Watching both of my parents' health fail when I was so young had an impact on me. I wanted to be healthy and never have any of those things happen to me, but I didn't know how to even begin to learn about health and wellness. Back then, it wasn't what it is today. We are continually learning and un-learning about it.
Back then, we didn't even hear about how bad sugar was for you, so I was still taking in a lot of it. I had a soda every day - at least one, usually more. I continued that pattern, pretty much eating and drinking what I wanted and liked, until I had my first child. I finally gained weight! Too much weight! 60 pounds to be exact. I was elated that I seemed 'normal' and actually had some weight I needed to take off. But how? I never had this problem before. I was only 21 years old. It was pretty easy by just eating less and not eating so many desserts. I exercised too, which was also pretty easy. I took it all off and was back down to a size 0. Crazy, huh? But was I healthy??? Nope.
As time went on, more kids came. I put on weight with each child that was born. My largest dress size was a 14. That was very big for me, as I am relatively short in stature and small framed. I had four kids and was a frumpy, chubby mom that didn't exercise. I could see where this was going. Remember my diabetic mom? I had used diet plans such as Weight Watchers and Adkins after the births of my children. They worked well for losing weight, but I was beginning to have more and more symptoms of autoimmune problems, only I didn't know that's what it was. I was beginning my 40's with a lot of issues. By the time I was pregnant with my daughter, I wasn't feeling all that great. My weight wasn't too bad, but I just didn't feel well.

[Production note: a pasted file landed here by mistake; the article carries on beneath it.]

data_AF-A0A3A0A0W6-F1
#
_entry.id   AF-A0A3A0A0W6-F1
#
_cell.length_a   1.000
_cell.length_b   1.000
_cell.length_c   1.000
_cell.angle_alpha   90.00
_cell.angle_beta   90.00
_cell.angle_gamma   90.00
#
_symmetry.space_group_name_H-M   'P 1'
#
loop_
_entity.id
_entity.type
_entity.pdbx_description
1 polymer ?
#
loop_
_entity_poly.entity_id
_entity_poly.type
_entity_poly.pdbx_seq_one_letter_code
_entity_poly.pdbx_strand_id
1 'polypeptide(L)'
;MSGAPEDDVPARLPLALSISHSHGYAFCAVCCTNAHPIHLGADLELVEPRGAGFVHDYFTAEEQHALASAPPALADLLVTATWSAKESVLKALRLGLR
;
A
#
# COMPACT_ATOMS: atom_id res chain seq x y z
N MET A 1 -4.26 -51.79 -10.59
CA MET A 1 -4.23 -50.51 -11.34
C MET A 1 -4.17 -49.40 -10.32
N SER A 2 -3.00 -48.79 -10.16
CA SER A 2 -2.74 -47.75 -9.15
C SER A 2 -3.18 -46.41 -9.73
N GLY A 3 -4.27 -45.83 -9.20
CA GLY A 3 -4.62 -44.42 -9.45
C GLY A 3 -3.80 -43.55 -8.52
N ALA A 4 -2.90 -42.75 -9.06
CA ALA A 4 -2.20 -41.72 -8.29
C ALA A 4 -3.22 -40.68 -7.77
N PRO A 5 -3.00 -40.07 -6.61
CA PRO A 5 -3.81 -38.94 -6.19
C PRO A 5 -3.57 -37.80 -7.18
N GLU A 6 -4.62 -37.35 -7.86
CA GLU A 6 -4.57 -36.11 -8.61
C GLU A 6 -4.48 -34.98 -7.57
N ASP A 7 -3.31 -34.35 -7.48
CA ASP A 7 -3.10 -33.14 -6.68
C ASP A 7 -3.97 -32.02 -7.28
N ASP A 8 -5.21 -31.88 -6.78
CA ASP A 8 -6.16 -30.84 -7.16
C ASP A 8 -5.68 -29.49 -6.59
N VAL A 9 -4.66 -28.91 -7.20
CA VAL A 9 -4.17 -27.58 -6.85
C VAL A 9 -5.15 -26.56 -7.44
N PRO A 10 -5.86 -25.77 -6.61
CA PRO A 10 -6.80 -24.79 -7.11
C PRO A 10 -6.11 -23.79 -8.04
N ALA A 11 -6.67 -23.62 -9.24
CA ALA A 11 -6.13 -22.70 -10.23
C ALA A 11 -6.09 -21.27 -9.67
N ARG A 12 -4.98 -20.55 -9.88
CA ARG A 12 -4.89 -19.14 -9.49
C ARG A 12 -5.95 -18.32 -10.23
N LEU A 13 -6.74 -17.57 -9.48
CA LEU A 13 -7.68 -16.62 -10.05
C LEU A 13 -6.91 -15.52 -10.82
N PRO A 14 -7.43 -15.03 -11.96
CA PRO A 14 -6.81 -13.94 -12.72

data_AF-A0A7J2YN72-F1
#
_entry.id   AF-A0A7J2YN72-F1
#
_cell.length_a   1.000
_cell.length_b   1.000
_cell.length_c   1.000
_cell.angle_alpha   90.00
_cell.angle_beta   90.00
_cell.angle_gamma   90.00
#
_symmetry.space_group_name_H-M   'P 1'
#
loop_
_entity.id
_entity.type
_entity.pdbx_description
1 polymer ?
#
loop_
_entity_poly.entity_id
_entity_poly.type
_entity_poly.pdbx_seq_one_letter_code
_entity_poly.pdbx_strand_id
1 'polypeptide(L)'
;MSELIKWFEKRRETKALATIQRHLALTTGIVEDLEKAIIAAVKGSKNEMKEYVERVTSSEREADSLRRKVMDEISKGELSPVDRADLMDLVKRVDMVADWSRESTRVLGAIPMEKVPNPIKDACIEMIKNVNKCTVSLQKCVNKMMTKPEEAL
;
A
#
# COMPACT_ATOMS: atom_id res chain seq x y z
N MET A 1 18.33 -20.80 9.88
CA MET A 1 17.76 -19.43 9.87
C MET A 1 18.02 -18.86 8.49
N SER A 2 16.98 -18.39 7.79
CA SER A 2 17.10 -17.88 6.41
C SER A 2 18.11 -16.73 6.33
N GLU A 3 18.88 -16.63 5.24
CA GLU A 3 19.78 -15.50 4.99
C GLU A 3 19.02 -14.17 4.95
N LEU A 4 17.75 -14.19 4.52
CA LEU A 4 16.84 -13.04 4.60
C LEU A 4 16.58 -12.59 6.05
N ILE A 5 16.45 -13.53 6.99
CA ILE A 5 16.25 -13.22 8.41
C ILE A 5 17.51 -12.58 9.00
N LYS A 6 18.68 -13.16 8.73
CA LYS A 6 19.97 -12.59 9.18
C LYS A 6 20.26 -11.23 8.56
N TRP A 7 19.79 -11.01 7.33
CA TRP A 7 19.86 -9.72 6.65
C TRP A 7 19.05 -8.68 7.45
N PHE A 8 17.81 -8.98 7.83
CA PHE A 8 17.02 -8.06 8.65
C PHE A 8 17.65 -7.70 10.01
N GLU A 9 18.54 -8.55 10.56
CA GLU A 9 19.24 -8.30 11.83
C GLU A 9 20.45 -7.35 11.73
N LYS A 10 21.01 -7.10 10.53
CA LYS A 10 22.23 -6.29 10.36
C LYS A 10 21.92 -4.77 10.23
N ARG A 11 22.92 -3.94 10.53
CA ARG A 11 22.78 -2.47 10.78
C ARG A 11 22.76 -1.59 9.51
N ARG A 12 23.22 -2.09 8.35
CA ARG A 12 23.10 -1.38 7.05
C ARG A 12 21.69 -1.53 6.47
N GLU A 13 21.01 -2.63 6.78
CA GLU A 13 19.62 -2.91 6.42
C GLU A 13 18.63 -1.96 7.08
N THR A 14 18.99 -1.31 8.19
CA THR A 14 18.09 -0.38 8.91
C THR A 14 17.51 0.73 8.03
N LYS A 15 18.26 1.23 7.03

After she was born and we received her diagnosis, I started researching like a mad woman. I became an overnight expert on Down syndrome. I wanted to help her all I could. I found out that people with Down syndrome over-metabolize certain nutrients. This extra chromosome really plays havoc with their bodies. I began to supplement my breast milk with extra nutrients, like selenium, magnesium, vitamin D, and at night, tryptophan to help her have a better sleep.
While I was obsessing about her health, I was neglecting mine. By the time I was 45, I was dealing with type 2 diabetes, diverticulitis, thyroid issues, being overweight, tired, grumpy and feeling hopeless. In the forthcoming posts, I will tell you some of what I learned about what food can do for us and how it can be our medicine.
I am now on a health journey that has been quite the learning experience. This journey began for my daughter and now includes me - and you - if any of this applies. I decided to get a nutrition coaching certification and at least try to help others by sharing what I've learned, not only in school and research, but just in life. I no longer have diabetes, diverticulitis, or am I overweight. I have more energy and the mood swings are gone. The thyroid is getting healed completely by diet. I am on no medication. Food IS my medicine!
In the coming months, I'll be offering coaching packages for people who want the one-on-one experience to help them or their children with Down syndrome get healthier. Until then, enjoy Phoebe's videos and my blog and feel free to 'like', 'share', or 'comment.'